Medicare Coverage & Allergy: Eligibility, Testing, and Treatment

Medicare Coverage & Allergy: Eligibility, Testing, and Treatment

Allergies are a chronic reaction of the immune system to allergens. Allergens could be pollen, grass, food, and other irritants.

Allergies can develop at any age, time and may even appear suddenly. In addition, they can be seasonal or year-round, and symptoms can range from mild to severe.

Therefore, you may need allergy tests and treatment to help with your condition.

However, knowing whether Medicare will cover your allergy testing and treatment is essential.

Does Medicare Cover Allergy Testing?

In short, it does. 

However, you must meet the specific criteria below for Medicare Part B to provide coverage.

Eligibility for Allergy Testing

You and your healthcare provider must meet the following criteria for Medicare to cover the testing.

  • Your physician must accept Medicare.
  • Your healthcare provider must prescribe the allergy test.
  • The allergy test must be medically necessary and have been documented by your physician as well.
  • The testing must be performed in a Medicare-approved laboratory.
  • No previous therapy has been able to manage your allergy or its symptoms.
  • Your physician admits that allergy testing is a part of a complete Medicare-approved treatment program.

You might be eligible for allergy testing depending upon the criteria listed above.

However, it’s essential to understand that Medicare does not cover all allergy test procedures. And that’s where you have to consult your healthcare provider and plan provider to ensure whether Medicare covers your allergy testing or not.

You may also find that your allergy test is covered under Medicare Part C or Advantage but not covered under Part B. Thus, communicating with your plan provider is crucial.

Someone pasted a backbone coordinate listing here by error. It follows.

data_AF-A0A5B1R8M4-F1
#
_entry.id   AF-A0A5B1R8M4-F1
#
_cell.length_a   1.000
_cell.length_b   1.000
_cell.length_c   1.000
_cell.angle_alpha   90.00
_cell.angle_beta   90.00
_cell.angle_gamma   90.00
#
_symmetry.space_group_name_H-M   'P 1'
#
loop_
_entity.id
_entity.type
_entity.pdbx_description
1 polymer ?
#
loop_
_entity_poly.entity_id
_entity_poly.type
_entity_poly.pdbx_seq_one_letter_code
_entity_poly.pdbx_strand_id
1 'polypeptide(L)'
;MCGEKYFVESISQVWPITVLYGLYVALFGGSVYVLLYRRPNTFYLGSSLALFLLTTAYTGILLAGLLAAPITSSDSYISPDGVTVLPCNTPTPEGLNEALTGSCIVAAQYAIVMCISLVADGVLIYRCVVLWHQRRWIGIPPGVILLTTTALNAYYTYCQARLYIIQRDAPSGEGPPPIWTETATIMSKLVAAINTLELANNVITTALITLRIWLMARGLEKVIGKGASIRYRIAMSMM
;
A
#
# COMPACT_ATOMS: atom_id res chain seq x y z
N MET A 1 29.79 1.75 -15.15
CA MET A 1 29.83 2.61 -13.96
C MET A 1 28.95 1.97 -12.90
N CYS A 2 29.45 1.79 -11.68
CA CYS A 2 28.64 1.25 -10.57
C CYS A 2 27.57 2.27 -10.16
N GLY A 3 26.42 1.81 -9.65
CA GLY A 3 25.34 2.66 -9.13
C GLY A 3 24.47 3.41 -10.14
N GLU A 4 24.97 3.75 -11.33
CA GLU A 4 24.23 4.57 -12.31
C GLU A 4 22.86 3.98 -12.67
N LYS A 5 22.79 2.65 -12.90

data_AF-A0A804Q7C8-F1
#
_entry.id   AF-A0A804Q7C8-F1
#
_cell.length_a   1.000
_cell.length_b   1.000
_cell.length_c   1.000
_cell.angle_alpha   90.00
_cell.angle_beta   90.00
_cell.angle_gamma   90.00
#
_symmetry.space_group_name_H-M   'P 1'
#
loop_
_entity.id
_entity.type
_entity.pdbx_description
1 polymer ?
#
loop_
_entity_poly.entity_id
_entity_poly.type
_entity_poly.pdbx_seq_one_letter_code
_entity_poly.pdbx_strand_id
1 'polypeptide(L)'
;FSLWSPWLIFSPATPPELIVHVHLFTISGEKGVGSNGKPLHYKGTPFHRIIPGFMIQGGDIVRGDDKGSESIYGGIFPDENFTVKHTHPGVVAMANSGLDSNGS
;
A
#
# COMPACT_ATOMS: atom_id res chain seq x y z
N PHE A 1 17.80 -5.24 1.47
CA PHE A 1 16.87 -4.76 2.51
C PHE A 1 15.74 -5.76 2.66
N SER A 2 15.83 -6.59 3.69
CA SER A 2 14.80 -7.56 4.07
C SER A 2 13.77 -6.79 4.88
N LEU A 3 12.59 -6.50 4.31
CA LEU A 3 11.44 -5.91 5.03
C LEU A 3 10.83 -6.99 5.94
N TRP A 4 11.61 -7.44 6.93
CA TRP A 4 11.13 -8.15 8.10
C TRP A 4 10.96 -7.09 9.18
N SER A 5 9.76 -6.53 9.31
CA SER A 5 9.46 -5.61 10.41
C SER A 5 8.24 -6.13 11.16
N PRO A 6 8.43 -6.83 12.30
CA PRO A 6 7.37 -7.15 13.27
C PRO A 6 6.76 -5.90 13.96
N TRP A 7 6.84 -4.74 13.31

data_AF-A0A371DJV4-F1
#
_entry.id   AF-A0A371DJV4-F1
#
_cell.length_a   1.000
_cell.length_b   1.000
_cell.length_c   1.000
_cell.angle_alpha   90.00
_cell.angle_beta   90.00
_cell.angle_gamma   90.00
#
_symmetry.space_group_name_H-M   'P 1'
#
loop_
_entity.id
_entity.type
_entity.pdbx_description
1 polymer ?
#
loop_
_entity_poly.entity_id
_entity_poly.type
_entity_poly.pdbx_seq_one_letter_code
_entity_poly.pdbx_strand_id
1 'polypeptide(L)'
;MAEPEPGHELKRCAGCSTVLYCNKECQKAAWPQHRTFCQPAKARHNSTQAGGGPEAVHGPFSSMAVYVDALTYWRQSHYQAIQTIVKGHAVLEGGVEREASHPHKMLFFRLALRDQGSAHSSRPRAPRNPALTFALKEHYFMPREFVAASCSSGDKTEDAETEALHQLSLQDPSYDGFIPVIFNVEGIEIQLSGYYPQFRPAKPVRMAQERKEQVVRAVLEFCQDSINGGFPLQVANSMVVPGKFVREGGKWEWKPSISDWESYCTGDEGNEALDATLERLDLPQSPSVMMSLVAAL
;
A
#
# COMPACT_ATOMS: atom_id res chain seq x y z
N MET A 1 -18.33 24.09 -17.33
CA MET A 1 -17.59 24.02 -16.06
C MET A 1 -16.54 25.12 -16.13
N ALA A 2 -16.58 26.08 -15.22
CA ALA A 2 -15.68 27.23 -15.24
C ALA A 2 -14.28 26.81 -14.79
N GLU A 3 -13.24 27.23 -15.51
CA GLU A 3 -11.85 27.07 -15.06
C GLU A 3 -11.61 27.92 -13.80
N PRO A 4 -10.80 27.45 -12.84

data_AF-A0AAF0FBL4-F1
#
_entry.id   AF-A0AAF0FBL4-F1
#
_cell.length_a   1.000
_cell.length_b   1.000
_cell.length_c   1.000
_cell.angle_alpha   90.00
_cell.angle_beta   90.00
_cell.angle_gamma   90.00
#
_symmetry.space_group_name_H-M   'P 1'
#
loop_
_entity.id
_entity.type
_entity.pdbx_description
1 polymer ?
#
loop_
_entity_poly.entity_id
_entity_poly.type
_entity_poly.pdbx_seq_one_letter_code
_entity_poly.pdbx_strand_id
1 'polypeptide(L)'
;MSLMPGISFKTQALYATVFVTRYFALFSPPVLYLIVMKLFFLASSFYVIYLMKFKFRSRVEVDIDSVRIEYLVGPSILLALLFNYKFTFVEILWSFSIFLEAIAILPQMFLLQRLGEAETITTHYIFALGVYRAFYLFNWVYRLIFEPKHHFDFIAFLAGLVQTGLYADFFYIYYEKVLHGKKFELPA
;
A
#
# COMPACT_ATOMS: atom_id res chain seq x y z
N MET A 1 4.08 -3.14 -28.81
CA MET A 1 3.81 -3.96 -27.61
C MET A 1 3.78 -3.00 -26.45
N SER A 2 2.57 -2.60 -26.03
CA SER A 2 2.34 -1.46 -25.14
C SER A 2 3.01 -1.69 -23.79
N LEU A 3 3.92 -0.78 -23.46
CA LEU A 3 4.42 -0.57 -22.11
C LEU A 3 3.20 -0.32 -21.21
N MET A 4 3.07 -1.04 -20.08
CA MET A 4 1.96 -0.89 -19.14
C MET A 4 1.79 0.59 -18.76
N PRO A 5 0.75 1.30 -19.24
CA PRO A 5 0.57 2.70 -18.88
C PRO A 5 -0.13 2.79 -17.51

What Tests Does Medicare Cover?

As we said earlier, tests covered by Medicare Part B may vary from those covered by Medicare Part C. Therefore, it is good to communicate with your plan provider first.

In general, the allergy tests covered by Medicare Part B are as follows;

Percutaneous (Skin) Test: The procedure tests the allergies related to substances such as pollen, insects, certain drugs, etc.

The physician will prick your skin and expose it to small amounts of protein found in those allergens. If you’re allergic to it, your skin will respond to it and develop a raised bump at the test area on your skin.

RadioAllergoSorbent Test (RAST) or ImmunoCAP (Blood) Test: In this procedure, your blood gets tested to identify the potential allergen antibodies. Your blood sample gets tested at a laboratory for evidence of possible allergens or allergen antibodies.

Food Challenge Testing: These tests are performed when an allergy to a specific food has to be tested. A physicist or allergist closely monitors the patient by giving them small amounts of food to ingest and looks for symptoms by gradually increasing food quantities.

Notably, this test is only covered when done on an outpatient basis.

Here are the following symptoms you should look out for and consult your primary care physician for allergy testing.

  • Itchy, watery, or red eyes
  • Sneezing accompanied by an itchy, runny nose or blocked nasal passages